Houston City Council adopted amendments to development ordinances – Walkable Places and Transit Oriented Development – that aim to change the urban streetscape in designated areas and move Houston a step closer to embracing walkability and development that relies less on cars.
The Walkable Places and Transit Oriented Development (TOD) initiatives promote pedestrian-friendly, mixed-use development. The new ordinances encourage combined commercial, office, and multifamily residential developments to create more vibrant, walkable streets that support alternative modes of transportation.
These programs are the result of three years of planning, research and public engagement by the Walkable Places Committee and help to achieve the goals of Plan Houston, Resilient Houston, Houston Climate Action Plan and Complete Streets.
“This is an exciting and meaningful moment for our city, a paradigm shift, where we are building a framework for the future and moving away from the auto-centric development standards that prioritized parking over people,” said Mayor Sylvester Turner “By approving these ordinances, we are changing the way people think about moving about in our city and making it easier for developers and property owners to join this forward momentum.”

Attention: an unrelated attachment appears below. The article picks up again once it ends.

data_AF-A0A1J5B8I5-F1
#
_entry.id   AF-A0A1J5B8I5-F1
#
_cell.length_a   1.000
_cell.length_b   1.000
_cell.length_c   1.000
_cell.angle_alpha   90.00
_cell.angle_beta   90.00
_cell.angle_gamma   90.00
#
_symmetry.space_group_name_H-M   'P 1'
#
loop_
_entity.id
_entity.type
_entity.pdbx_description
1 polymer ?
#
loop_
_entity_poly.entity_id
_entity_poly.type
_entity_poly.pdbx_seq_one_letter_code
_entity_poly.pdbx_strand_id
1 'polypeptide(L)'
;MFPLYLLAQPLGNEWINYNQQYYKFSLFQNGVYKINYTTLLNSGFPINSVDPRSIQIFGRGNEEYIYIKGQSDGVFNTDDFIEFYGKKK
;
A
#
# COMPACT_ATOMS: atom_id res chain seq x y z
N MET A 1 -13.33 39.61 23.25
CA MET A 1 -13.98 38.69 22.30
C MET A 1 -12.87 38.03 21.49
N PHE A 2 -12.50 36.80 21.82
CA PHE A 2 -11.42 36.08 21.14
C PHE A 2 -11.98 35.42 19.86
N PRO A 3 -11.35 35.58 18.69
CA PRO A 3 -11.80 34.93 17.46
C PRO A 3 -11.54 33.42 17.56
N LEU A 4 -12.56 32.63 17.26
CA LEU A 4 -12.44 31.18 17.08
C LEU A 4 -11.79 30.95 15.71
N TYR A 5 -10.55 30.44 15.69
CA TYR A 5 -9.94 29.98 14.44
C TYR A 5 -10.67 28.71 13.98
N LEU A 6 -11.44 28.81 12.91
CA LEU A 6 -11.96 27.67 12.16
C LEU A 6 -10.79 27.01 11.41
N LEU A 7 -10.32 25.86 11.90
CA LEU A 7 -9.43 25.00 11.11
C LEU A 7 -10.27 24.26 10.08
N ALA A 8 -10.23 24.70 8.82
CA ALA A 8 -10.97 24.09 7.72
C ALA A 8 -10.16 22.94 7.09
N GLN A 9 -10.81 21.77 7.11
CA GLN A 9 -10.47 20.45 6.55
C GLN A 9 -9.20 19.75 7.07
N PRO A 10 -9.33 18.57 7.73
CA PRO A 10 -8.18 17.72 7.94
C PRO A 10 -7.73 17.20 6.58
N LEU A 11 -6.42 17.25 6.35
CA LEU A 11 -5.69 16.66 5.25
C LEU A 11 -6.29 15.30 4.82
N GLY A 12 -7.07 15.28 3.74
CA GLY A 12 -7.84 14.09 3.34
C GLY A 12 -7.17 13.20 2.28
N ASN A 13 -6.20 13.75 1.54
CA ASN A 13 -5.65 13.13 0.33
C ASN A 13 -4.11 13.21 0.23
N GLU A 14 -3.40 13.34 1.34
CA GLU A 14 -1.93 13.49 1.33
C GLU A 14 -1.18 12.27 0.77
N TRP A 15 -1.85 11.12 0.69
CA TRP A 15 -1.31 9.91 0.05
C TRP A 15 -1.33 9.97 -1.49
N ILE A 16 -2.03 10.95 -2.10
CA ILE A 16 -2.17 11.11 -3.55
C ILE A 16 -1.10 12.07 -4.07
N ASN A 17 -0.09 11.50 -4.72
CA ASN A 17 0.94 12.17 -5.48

Current auto-centric suburban development versus new pedestrian-friendly urban development.
Walkable Places may be designated on any street within the city limits by either the City of Houston or property owners and established with unique planning standards to address the neighborhood characteristics. Transit Oriented Development streets within a half mile of walking distance from transit stations may be designated by the City of Houston.
Both programs will benefit:
- property owners by allowing more buildable area and adjusting parking requirements;
- pedestrians by creating safer and more walkable streetscapes and public spaces; and
- neighborhoods by creating an activated area with more eyes on the street.
“Houstonians will still drive cars. Change won’t happen overnight or in every corner of our city, but these three pilot communities are ideal locations to launch the new Walkable Places development standards,” said Planning and Development Department Director Margaret Wallace Brown.
“We hope these communities will be open to new mobility possibilities, ready for transformative change and ready to pave the way for Walkable Places yet to come.”
Learn more about Walkable Places and Transit Oriented Development programs through these online resources:
- Walkable Places and Transit Oriented Development Users Guide
- Walkable Places Frequently Asked Questions
- Walkable Places Brochure
- Transit Oriented Development Brochure
- Transit Oriented Development Frequently Asked Questions